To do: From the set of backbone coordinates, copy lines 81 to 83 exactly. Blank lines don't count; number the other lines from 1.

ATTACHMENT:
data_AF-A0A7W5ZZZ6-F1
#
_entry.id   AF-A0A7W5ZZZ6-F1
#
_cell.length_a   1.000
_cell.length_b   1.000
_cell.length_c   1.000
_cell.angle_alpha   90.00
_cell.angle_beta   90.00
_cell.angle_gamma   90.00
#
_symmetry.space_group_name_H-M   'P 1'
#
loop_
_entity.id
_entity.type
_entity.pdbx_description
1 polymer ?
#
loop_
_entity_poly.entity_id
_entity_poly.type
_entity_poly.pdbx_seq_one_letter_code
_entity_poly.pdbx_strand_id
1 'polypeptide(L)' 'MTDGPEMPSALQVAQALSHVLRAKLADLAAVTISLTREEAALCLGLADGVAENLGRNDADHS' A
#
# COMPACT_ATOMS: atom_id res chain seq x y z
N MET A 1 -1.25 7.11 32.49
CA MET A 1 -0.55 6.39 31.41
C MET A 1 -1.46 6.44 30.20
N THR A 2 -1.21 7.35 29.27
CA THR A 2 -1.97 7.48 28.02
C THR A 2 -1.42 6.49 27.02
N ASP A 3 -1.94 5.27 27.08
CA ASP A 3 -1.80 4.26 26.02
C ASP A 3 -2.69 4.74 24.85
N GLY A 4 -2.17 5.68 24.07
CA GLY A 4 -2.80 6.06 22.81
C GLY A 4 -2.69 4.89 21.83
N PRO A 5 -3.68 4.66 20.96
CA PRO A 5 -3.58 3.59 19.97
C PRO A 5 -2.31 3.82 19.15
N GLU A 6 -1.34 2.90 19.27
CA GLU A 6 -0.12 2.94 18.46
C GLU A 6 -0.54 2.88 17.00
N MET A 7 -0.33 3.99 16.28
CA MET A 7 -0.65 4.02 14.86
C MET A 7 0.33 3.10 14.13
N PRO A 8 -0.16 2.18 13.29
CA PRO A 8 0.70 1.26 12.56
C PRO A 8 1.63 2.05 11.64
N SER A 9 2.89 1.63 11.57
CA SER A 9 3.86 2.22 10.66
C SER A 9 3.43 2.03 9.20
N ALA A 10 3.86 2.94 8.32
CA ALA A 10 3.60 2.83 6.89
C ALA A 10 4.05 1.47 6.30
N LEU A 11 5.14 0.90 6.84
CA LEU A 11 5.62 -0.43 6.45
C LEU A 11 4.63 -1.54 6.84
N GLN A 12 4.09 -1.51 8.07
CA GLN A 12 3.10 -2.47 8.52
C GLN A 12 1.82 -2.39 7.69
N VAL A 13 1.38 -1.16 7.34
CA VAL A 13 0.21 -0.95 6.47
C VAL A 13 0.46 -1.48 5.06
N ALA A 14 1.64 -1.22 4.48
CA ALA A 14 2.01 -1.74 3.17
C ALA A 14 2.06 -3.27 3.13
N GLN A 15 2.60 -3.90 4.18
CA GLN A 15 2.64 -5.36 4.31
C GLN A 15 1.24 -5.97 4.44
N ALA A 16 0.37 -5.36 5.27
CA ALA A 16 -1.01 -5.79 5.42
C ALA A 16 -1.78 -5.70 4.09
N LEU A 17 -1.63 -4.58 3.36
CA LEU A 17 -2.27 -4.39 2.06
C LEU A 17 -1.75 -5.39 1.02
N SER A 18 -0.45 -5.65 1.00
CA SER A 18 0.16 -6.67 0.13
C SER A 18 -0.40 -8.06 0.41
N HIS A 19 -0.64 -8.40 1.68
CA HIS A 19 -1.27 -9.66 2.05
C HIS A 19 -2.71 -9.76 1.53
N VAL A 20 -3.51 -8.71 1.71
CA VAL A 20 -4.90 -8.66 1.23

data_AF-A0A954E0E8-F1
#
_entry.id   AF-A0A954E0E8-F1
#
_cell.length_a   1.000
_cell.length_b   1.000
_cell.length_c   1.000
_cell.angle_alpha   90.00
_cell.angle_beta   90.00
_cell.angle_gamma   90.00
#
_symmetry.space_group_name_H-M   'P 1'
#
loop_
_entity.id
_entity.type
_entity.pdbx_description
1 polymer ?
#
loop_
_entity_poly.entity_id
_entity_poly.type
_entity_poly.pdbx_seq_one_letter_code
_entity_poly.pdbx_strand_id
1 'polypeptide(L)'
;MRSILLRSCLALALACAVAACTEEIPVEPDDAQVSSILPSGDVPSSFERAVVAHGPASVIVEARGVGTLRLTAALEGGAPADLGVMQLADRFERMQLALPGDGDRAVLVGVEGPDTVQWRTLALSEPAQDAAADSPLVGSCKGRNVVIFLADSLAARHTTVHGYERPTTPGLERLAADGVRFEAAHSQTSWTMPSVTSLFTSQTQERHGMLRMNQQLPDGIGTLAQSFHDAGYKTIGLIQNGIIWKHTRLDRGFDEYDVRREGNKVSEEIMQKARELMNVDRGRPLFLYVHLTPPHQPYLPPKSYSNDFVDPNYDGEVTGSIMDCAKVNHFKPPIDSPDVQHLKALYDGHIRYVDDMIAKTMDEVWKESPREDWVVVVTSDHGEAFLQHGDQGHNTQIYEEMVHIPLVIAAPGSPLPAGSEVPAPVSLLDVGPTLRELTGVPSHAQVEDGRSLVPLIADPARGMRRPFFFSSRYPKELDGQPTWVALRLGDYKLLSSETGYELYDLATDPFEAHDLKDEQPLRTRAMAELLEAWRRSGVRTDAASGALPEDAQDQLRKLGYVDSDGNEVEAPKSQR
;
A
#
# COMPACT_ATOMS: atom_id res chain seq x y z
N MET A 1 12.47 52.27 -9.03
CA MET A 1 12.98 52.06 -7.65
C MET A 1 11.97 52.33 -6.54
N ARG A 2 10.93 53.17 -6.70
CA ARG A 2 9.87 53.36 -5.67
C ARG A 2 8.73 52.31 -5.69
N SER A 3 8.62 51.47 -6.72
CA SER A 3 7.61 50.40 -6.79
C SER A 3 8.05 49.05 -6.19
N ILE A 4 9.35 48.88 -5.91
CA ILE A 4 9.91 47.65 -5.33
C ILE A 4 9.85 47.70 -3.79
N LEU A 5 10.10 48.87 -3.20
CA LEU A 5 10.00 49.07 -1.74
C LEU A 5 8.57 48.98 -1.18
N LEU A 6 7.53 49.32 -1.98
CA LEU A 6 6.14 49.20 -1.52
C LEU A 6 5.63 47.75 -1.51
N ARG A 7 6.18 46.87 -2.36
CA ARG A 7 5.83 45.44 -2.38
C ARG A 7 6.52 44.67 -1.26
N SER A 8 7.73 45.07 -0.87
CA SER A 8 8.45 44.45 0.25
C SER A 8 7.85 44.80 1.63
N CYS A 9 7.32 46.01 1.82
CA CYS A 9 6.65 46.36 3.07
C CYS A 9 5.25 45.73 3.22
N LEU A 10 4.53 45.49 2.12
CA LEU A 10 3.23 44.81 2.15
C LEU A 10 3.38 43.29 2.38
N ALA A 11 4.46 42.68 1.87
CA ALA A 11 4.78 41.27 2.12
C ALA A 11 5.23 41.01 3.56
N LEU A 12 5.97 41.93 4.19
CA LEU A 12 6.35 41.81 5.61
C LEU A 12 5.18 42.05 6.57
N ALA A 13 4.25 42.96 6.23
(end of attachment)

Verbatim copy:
C SER A 18 -0.40 -8.06 0.41
N HIS A 19 -0.64 -8.40 1.68
CA HIS A 19 -1.27 -9.66 2.05